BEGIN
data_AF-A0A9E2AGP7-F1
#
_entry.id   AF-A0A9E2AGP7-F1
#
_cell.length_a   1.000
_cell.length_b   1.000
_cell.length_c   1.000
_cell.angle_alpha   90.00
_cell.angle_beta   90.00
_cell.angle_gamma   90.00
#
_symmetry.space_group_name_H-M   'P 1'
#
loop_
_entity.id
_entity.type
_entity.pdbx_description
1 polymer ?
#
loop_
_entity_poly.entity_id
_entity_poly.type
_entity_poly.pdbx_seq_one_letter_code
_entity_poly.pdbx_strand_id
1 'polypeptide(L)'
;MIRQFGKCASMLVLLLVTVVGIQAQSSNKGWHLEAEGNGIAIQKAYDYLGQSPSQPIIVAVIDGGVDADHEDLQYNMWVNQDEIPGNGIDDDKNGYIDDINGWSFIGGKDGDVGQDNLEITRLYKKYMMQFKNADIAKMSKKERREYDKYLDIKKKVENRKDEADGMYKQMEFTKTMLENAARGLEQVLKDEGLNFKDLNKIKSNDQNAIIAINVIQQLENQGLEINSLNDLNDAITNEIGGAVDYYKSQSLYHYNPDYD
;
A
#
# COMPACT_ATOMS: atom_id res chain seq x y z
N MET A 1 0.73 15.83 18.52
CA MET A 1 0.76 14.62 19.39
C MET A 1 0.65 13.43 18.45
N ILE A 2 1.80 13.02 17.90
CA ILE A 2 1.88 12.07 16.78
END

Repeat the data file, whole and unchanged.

data_AF-A0A9E2AGP7-F1
#
_entry.id   AF-A0A9E2AGP7-F1
#
_cell.length_a   1.000
_cell.length_b   1.000
_cell.length_c   1.000
_cell.angle_alpha   90.00
_cell.angle_beta   90.00
_cell.angle_gamma   90.00
#
_symmetry.space_group_name_H-M   'P 1'
#
loop_
_entity.id
_entity.type
_entity.pdbx_description
1 polymer ?
#
loop_
_entity_poly.entity_id
_entity_poly.type
_entity_poly.pdbx_seq_one_letter_code
_entity_poly.pdbx_strand_id
1 'polypeptide(L)'
;MIRQFGKCASMLVLLLVTVVGIQAQSSNKGWHLEAEGNGIAIQKAYDYLGQSPSQPIIVAVIDGGVDADHEDLQYNMWVNQDEIPGNGIDDDKNGYIDDINGWSFIGGKDGDVGQDNLEITRLYKKYMMQFKNADIAKMSKKERREYDKYLDIKKKVENRKDEADGMYKQMEFTKTMLENAARGLEQVLKDEGLNFKDLNKIKSNDQNAIIAINVIQQLENQGLEINSLNDLNDAITNEIGGAVDYYKSQSLYHYNPDYD
;
A
#
# COMPACT_ATOMS: atom_id res chain seq x y z
N MET A 1 0.73 15.83 18.52
CA MET A 1 0.76 14.62 19.39
C MET A 1 0.65 13.43 18.45
N ILE A 2 1.80 13.02 17.90
CA ILE A 2 1.88 12.07 16.78